Saturday 22 October 2016

Political brinkmanship is a dangerous game for Coalition

Published 12/08/2013 | 17:00

FIRST things first. Whatever games are being played behind the scenes in Government, there won't be a cut in the old-age pension come Budget Day.

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Not unless Enda Kenny and Eamon Gilmore have taken a joint decision to commit political hari kari.

Despite the State's many economic crises over the decades, only one government has cut the pension. Ernest Blythe took a shilling off the rate in 1924. Almost 90 years on, it's still regularly thrown at Fine Gael.

More recently, the last government never recovered after a far more modest proposal to means-test the medical card for over 70s prompted a massive public backlash.

There may be solid theoretical arguments for cutting the old-age pension. Just why is it fair to leave the €230-a-week OAP untouched while cutting the basic social welfare rate, back-to-school allowance, child benefit, the number of special needs assistants etc, etc?

But political choices, sadly, are less about fairness and more about electoral concerns. It's why child benefit hasn't been, and won't be, means-tested or taxed. Middle-class people – who are far more likely to vote – would be outraged. So instead, the Government goes for an across-the-board cut in the rate, disproportionately affecting the less well off.

It's called realpolitik. Political cowardice may be a more accurate term.

Awful though it was when the troika arrived, it was hoped there might be one positive. The State could look at the entire system of taxation, social welfare and public spending and radically reform it. Start from scratch. It could never happen in 'normal' times but the troika's presence could provide political cover for highly unpalatable, but necessary, changes.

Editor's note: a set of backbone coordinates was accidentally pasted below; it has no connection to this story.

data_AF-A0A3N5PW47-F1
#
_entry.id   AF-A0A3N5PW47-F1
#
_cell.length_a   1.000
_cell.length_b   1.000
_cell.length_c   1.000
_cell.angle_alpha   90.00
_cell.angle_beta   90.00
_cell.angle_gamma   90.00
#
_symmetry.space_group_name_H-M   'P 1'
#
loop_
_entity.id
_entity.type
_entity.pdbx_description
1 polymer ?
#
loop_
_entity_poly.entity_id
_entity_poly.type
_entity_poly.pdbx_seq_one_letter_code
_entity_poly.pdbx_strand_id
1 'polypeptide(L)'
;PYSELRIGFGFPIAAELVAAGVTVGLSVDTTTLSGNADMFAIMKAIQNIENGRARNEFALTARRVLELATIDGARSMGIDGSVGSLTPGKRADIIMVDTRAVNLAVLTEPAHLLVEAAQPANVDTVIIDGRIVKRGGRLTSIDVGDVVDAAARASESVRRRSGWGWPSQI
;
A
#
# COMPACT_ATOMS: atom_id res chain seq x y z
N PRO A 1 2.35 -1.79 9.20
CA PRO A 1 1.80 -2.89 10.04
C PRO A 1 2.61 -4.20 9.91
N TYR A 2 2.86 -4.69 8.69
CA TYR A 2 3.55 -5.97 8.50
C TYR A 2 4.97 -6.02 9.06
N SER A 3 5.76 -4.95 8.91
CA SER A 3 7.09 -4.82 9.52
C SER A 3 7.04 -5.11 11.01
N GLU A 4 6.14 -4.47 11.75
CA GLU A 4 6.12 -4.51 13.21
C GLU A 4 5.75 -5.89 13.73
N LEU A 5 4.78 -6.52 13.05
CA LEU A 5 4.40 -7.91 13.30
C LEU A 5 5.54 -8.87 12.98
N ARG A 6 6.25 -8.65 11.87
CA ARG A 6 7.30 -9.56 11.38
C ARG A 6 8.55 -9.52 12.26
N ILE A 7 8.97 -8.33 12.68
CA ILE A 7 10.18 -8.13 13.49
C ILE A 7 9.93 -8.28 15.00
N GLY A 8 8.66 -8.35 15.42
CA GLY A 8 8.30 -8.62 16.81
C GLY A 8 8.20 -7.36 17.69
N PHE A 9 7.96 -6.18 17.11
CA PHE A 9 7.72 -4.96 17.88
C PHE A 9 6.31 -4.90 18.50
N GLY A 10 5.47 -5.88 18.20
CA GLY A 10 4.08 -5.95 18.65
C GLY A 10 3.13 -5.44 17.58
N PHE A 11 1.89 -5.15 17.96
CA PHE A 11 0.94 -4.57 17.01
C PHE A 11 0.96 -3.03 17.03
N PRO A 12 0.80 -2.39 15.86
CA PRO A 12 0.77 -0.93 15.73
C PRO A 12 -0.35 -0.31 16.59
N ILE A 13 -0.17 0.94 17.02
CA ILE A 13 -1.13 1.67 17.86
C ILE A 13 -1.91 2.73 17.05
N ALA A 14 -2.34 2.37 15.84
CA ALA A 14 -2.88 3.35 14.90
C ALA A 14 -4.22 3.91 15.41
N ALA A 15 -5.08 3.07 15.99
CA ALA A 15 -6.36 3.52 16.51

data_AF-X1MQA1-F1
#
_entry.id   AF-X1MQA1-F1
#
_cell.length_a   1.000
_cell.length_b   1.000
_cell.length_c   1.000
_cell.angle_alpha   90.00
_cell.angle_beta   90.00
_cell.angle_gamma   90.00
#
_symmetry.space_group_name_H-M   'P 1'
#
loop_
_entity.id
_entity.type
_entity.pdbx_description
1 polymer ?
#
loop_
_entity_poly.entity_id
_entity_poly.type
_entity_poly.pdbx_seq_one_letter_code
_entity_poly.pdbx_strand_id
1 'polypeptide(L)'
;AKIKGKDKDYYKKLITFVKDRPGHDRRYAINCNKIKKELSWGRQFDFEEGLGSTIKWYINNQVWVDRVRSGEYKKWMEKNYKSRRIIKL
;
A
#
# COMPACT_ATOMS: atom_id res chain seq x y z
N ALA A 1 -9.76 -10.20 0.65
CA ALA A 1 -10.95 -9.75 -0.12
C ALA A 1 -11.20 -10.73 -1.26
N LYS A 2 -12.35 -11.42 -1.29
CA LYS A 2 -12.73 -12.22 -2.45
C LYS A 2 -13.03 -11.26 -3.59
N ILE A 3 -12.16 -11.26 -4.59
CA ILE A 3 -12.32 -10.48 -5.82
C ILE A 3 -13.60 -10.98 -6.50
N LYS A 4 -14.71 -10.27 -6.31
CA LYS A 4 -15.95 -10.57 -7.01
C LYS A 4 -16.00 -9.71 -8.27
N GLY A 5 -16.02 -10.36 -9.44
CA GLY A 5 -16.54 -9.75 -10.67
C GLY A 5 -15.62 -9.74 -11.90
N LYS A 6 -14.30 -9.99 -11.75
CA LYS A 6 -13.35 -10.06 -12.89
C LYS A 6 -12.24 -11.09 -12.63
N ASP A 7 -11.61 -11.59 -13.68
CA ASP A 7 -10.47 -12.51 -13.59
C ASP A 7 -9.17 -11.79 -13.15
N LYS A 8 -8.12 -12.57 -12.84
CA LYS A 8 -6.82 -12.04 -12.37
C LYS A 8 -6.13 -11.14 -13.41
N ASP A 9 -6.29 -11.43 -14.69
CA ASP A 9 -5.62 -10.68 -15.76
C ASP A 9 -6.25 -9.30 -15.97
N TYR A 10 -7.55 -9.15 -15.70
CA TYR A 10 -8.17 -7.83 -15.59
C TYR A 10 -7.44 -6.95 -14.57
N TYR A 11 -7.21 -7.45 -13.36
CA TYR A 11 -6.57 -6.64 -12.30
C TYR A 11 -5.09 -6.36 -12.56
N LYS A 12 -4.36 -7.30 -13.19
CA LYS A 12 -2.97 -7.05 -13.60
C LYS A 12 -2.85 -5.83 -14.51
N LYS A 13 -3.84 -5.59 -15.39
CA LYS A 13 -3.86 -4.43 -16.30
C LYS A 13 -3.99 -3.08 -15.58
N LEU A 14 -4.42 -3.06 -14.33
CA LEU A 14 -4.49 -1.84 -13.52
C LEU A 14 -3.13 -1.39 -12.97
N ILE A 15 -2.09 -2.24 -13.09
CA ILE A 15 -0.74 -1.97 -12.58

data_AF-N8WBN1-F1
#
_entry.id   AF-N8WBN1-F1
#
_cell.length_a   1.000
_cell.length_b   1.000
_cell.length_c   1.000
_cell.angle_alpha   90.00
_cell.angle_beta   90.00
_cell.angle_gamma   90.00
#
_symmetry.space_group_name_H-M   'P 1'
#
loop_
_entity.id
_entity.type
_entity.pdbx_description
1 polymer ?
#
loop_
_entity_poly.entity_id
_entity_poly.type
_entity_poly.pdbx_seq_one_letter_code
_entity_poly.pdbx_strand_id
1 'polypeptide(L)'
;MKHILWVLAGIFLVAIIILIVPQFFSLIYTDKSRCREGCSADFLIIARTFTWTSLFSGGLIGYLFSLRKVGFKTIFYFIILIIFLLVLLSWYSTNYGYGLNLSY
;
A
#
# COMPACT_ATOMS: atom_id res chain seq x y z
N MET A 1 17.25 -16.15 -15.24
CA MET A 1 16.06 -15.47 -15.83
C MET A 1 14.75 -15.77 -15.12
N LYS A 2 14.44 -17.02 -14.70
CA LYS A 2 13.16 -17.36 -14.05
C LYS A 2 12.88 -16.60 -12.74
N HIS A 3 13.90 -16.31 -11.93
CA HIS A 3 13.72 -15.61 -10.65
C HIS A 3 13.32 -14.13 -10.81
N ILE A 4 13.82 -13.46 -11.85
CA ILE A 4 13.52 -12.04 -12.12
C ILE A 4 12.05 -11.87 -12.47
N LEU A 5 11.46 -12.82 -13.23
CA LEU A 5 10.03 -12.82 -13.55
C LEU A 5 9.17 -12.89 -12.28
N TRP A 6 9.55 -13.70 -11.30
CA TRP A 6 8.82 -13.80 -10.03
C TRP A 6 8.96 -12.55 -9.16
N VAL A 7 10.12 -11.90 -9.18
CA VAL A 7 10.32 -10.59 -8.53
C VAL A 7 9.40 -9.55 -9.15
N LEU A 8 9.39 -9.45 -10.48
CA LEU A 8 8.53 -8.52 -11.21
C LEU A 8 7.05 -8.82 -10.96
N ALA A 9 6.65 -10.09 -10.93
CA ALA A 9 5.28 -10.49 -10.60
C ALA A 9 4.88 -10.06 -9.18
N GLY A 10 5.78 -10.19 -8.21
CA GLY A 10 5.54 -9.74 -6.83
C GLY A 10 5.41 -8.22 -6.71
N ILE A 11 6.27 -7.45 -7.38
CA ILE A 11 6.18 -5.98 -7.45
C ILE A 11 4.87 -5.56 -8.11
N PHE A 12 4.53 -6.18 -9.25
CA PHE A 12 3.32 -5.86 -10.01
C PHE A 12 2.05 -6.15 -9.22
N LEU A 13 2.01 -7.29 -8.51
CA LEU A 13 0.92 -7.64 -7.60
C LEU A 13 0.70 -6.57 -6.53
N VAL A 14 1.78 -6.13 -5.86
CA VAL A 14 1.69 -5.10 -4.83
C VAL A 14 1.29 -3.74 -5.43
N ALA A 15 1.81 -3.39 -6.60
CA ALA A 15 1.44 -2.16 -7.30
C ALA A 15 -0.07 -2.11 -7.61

It didn't happen then and, in what are hopefully the final months of the troika's presence, it won't happen now.

The older you are, the more likely you are to vote. And Fine Gael's support is strongest among voters over 55. The main government party waited three decades to win an election. Enda Kenny isn't going to throw away the chance of becoming the first Fine Gael Taoiseach to be re-elected by cutting the pension.

Labour, meanwhile, already faces the prospect of losing half its TDs (on a good day). The cuts to social welfare, education and basic services have hit it far harder than Fine Gael. It cannot afford to give its political enemies the additional accusation of targeting the elderly to the already weighty charge list against them. Labour TDs just wouldn't wear it. Nor, one imagines, would its ministers.

So what's going on? Why are stories about the possibility of cutting the pension leading national newspapers?

Make no mistake, the media hasn't invented this story. When push comes to shove, there won't be a pension reduction, but that doesn't mean the option hasn't been raised.

It's all part of the elaborate game of political brinkmanship going on behind the scenes in Government. And which has gone on for the previous two budgets.

Those budgets were largely fought out through the front pages of the national newspapers. The pattern has become depressingly familiar. With billions having to be cut, various worst-case scenarios are put forward by the big spending departments in an attempt to mobilise opposition and hopefully soften attitudes by the time the final budgetary decisions are made.

It has hugely irritated the ministers not involved but it has arguably worked as a tactic.

The situation is further complicated in this year's Budget. Not only are individual departments fighting their corner, but there is a serious disagreement between Fine Gael and Labour over how much should be cut. Labour doesn't accept the need to keep to the original target of €3.1bn. Some of its TDs – with, it would seem, the tacit approval of the leadership – are even very publicly warning the future of the Coalition could depend on getting a suitable compromise.

That's a dangerous game to be playing for any coalition – particularly when the full economic facts aren't available. Some economists warn if the second-quarter economic data shows a continuation of the trend in the first, then the whole Budget strategy is going to be in trouble. Without some pick-up in the economy, they say, it simply won't be possible to go for less than €3.1bn in adjustments and keep with the troika programme.

Those figures are due out in September, just weeks before the Budget. Unless the Taoiseach and, particularly, the Tanaiste can quickly enforce discipline, there is a real risk the public utterances and off-the-record briefings of its ministers and TDs may by then have backed the Government into a corner.

It's a time for cool heads. Right now though, the coalition parties seem more intent on playing with fire.

Shane Coleman is Political Editor of Newstalk 106-108FM

Irish Independent

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